San Cristobal, Mexico President Bush praised Mexican President Vicente Fox as a straight-shooting ally in fighting drugs and helping America cope with power shortages at a summit Friday that produced pledges of close cooperation but no major agreements on long-simmering disputes.
"Each nation has a new president, and a new perspective," Bush said.
The casual, colorful eight-hour summit at Fox's ranch 210 miles northwest of Mexico City was overshadowed by the bombing by U.S. and British planes of five Iraqi military sites. Bush briefly interrupted the session in Fox's ranch house to receive the news, carried to the talks by a junior aide who rushed from a dusty broccoli field housing the makeshift White House offices.
The leaders declared their meeting a success, if for no other reason than the expectations were set so low. "This wasn't a meeting to arrive at agreements or details or decisions," said Fox, who took power in December, ending seven decades of one-party control.
Fox had sought a sense that his nation was taken seriously, a goal Bush achieved simply by putting Mexico atop his travel schedule. Bush produced an error-free maiden foreign policy trip, using symbols and soothing words to show that he wants to work with Mexico as a partner not a meddling superpower to deal with drug trafficking, immigration, trade and other issues that cause friction.
"Our nations are bound together by ties of history, family, values, commerce and culture," said Bush, who showed his playful side all day. He admitted he had his father's taste for broccoli turning a thumbs down on the vegetable grown by Fox and livened the news conference by calling reporters "Stretch" and other nicknames.
In shirt sleeves and open collars, Bush at times spoke in heavily accented Spanish, Fox in fluent English, to symbolize the warm relationship they hope to build. On the way to the ranch, Bush's motorcade passed fields of goats and cows and laundry strung from countless clotheslines before stopping at the home of Fox's mother.
Fox and other Mexican officials embraced Bush's efforts to blend with the community, and his commitment to discuss drugs and migration in ways that don't saddle Mexico with all the blame.
On drug trafficking, Bush stopped just short of endorsing efforts in Congress to end the annual U.S. evaluation of Mexico's drug-fighting efforts. But he raised Mexico's hopes by saying the "main reason" for drug trafficking through Mexico is the demand by U.S. citizens for the product.
"Our nation must do a better job of educating our citizenry about the dangers and evils of drug use," Bush said, sharing responsibility for a problem that Mexicans feel is too often blamed on them.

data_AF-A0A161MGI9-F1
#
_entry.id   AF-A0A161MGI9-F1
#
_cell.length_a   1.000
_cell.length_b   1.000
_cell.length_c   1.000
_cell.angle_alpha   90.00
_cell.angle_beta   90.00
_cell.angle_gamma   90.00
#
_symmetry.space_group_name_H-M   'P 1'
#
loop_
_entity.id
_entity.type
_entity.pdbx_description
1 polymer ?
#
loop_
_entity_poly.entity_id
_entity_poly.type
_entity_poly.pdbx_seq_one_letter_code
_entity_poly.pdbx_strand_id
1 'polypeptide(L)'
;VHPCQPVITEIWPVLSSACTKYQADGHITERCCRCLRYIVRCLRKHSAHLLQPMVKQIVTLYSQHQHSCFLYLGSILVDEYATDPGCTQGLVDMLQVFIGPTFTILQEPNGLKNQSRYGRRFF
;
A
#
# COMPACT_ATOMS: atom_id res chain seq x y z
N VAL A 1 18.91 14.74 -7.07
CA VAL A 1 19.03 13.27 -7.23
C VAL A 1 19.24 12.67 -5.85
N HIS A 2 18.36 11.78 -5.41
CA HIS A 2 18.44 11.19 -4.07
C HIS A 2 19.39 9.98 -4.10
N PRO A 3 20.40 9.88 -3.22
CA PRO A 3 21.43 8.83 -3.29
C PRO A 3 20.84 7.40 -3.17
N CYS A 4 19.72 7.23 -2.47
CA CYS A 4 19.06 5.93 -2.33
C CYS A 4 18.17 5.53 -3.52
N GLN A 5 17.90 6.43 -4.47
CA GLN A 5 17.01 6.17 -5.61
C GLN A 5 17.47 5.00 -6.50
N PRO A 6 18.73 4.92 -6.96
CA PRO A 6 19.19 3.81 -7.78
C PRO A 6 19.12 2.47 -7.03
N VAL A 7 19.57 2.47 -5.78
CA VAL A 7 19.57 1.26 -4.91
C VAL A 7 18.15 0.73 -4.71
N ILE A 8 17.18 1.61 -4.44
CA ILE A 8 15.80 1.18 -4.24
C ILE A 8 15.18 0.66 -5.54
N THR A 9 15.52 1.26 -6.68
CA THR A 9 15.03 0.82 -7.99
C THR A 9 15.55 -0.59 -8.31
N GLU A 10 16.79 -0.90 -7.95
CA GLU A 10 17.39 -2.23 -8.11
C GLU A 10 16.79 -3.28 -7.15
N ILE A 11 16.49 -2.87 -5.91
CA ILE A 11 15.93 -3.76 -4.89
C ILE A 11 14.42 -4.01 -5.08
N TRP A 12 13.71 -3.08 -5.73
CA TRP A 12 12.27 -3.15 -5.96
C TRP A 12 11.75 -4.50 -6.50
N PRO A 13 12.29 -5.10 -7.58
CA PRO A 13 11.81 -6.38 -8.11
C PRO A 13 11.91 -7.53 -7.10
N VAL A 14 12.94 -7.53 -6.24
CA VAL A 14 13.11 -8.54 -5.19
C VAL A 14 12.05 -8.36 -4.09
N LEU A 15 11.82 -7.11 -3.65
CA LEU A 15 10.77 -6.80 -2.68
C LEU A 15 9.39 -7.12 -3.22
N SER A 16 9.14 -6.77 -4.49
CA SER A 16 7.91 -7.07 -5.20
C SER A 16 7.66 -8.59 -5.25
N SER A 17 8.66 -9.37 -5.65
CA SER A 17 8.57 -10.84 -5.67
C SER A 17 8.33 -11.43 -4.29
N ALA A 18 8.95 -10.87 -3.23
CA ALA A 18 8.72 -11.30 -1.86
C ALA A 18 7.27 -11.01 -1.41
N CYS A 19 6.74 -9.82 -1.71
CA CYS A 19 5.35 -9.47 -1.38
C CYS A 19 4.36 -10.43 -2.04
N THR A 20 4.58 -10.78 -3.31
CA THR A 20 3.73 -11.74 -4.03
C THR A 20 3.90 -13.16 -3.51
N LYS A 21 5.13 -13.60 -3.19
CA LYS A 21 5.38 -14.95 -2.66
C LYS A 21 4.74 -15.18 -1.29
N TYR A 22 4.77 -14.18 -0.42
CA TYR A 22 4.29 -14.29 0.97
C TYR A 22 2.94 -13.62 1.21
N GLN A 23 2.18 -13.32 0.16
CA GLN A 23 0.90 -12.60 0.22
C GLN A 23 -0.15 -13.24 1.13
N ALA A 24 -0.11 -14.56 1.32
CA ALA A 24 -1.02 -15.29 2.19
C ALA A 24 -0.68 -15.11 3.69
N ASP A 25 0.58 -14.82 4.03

He noted "a movement" in Congress to review the certification process and said he plans to tell U.S. lawmakers that Fox "will do everything in his power to root out the drug lords and to halt drug trafficking as best as he possibly can."
The endorsement "I trust your governor" was designed to signal Congress that Bush is willing to lift or dramatically change the certification requirement on Mexico, U.S. officials said, speaking on condition of anonymity.
National security adviser Condoleezza Rice said Bush agreed in the meeting to take a "hard and new look" and the certification process.
Bush said he talked with Fox about the possibility of helping Mexico produce more energy along the border that could be pumped into California and other Western states electricity shortages. "Now, there are some bottlenecks, and one of the things we need to do is address those bottlenecks, one of which is the ability to transmit power from the south to the north."
Fox said progress was made on immigration issues.
"Certainly there is a new attitude, there is a new way of approaching things, much more positive approach to things on this issue of migration," Fox said.
Bush opposes amnesty for Mexican living illegally in the United States and Fox supports it, but the leaders chose not to mention the difference in their news conference. Instead, Bush spoke vaguely about their talks on how to ensure "safe and orderly migration, a policy that respects individuals on both sides of the border."
Bush named Secretary of State Colin Powell and Atty. Gen. John Ashcroft to head a joint task force to tackle immigration issues with Mexico.